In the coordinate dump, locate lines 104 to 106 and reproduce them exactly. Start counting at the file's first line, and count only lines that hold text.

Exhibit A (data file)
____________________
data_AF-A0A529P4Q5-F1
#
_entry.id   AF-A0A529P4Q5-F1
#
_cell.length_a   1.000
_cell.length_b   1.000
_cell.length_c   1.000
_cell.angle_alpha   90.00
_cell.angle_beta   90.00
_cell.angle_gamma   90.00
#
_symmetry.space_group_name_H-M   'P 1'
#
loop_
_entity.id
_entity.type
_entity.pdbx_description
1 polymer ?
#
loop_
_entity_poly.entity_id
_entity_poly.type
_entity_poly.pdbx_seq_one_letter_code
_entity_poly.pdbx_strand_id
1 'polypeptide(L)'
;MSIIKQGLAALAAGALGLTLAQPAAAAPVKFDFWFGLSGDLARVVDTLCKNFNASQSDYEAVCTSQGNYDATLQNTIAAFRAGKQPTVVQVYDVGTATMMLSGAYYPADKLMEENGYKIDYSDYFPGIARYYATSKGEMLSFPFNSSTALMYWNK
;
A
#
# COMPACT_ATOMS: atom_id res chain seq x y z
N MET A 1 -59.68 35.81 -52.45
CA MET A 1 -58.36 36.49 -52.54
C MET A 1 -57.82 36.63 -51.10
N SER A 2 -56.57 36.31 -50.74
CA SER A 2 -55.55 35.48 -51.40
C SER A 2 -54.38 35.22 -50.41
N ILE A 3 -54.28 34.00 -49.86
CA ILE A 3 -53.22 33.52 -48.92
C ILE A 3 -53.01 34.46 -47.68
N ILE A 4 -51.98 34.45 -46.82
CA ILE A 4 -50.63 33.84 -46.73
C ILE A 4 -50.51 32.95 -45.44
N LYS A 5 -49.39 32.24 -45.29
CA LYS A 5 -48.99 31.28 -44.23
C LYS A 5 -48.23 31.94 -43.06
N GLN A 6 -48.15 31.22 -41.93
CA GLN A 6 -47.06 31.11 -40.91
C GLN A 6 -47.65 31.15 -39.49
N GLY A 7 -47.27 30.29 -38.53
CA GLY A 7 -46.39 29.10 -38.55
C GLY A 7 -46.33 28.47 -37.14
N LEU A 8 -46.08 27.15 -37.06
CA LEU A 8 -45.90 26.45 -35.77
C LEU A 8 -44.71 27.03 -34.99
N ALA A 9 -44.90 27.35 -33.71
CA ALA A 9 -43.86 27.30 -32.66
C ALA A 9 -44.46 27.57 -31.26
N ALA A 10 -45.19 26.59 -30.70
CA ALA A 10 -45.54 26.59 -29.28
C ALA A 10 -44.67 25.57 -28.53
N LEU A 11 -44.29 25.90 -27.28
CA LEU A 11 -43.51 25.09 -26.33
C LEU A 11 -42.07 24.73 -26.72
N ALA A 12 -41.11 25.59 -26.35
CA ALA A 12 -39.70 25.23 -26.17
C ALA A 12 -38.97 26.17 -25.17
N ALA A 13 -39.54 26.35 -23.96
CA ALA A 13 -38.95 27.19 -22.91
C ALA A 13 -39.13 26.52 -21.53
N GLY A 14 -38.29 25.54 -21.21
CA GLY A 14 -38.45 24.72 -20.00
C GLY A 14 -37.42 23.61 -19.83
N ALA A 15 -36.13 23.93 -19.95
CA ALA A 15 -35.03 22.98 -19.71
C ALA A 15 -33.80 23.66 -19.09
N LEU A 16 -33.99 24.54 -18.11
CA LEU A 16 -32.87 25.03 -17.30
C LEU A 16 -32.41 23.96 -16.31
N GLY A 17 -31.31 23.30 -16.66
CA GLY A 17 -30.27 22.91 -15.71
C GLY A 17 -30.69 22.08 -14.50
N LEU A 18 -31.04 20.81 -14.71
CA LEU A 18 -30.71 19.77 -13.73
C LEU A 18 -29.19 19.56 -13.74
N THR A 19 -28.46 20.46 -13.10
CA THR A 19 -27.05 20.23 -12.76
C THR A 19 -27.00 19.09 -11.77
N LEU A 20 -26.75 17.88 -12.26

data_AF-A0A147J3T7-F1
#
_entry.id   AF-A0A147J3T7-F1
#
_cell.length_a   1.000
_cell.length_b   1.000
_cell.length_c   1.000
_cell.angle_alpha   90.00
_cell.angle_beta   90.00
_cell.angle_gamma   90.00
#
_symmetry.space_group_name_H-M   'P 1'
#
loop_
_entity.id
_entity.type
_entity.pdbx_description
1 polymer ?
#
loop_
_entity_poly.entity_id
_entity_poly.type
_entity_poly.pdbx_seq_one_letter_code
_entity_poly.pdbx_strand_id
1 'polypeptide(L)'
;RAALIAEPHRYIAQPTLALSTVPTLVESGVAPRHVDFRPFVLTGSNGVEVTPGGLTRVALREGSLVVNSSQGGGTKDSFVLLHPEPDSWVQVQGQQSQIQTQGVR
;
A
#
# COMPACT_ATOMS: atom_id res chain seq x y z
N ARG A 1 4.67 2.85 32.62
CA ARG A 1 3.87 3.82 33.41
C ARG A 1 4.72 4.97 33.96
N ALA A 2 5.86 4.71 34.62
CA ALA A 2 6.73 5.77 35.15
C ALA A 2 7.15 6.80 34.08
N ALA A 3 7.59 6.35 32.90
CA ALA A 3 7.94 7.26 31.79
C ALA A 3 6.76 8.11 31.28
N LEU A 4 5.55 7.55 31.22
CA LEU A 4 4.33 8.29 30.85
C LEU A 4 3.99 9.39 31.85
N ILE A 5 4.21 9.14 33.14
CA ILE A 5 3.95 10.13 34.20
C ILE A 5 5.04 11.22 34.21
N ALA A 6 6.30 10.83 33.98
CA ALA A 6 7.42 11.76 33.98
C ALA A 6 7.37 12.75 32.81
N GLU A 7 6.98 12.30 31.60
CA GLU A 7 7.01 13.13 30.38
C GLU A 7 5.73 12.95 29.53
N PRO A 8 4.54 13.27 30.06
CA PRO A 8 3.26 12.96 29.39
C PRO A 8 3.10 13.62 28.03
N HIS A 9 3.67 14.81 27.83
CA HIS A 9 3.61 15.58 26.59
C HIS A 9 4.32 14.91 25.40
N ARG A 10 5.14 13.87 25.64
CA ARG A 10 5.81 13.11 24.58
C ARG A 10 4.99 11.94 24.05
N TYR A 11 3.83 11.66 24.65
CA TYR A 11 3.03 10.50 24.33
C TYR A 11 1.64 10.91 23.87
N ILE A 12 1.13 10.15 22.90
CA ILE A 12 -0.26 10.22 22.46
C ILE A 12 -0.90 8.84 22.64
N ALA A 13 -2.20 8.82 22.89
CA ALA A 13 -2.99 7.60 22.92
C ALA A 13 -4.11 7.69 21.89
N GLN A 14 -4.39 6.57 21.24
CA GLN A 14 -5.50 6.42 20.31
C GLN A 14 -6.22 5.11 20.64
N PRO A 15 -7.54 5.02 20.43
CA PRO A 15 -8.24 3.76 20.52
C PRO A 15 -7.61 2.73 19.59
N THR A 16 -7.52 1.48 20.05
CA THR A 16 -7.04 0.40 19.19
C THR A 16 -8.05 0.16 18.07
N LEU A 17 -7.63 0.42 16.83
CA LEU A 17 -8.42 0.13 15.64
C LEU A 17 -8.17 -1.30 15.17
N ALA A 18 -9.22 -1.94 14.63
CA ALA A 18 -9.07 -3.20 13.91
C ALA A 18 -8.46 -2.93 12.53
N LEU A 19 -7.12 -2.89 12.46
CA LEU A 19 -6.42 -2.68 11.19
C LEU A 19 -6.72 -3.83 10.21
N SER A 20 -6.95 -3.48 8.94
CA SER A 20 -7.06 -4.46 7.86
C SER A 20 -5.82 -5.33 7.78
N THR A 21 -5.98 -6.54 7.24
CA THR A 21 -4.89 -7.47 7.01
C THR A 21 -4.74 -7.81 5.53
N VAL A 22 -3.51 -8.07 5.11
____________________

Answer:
_entity.type
_entity.pdbx_description
1 polymer ?